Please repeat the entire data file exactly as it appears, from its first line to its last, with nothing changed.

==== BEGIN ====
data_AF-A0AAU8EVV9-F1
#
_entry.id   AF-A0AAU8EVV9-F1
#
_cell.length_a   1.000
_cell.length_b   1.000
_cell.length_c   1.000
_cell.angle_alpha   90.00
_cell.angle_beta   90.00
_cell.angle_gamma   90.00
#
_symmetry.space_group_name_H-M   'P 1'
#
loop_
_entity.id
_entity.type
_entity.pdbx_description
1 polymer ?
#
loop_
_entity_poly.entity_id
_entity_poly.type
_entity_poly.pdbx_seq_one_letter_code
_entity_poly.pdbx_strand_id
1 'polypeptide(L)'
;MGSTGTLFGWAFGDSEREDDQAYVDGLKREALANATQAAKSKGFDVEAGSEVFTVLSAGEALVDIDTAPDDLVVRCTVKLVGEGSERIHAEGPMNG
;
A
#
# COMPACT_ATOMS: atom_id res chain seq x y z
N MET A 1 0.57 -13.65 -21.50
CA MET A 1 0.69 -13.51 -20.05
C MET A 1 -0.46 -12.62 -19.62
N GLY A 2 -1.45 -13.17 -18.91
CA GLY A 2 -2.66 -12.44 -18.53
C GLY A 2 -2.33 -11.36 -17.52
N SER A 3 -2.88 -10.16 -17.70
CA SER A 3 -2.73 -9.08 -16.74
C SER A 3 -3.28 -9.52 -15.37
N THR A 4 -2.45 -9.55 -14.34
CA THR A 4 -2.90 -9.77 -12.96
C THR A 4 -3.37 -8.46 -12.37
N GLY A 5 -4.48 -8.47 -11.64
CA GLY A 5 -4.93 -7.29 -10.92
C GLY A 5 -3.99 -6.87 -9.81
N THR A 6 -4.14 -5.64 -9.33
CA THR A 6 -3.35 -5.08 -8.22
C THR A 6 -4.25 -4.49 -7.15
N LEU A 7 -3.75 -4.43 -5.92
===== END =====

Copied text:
data_AF-A0AAU8EVV9-F1
#
_entry.id   AF-A0AAU8EVV9-F1
#
_cell.length_a   1.000
_cell.length_b   1.000
_cell.length_c   1.000
_cell.angle_alpha   90.00
_cell.angle_beta   90.00
_cell.angle_gamma   90.00
#
_symmetry.space_group_name_H-M   'P 1'
#
loop_
_entity.id
_entity.type
_entity.pdbx_description
1 polymer ?
#
loop_
_entity_poly.entity_id
_entity_poly.type
_entity_poly.pdbx_seq_one_letter_code
_entity_poly.pdbx_strand_id
1 'polypeptide(L)'
;MGSTGTLFGWAFGDSEREDDQAYVDGLKREALANATQAAKSKGFDVEAGSEVFTVLSAGEALVDIDTAPDDLVVRCTVKLVGEGSERIHAEGPMNG
;
A
#
# COMPACT_ATOMS: atom_id res chain seq x y z
N MET A 1 0.57 -13.65 -21.50
CA MET A 1 0.69 -13.51 -20.05
C MET A 1 -0.46 -12.62 -19.62
N GLY A 2 -1.45 -13.17 -18.91
CA GLY A 2 -2.66 -12.44 -18.53
C GLY A 2 -2.33 -11.36 -17.52
N SER A 3 -2.88 -10.16 -17.70
CA SER A 3 -2.73 -9.08 -16.74
C SER A 3 -3.28 -9.52 -15.37
N THR A 4 -2.45 -9.55 -14.34
CA THR A 4 -2.90 -9.77 -12.96
C THR A 4 -3.37 -8.46 -12.37
N GLY A 5 -4.48 -8.47 -11.64
CA GLY A 5 -4.93 -7.29 -10.92
C GLY A 5 -3.99 -6.87 -9.81
N THR A 6 -4.14 -5.64 -9.33
CA THR A 6 -3.35 -5.08 -8.22
C THR A 6 -4.25 -4.49 -7.15
N LEU A 7 -3.75 -4.43 -5.92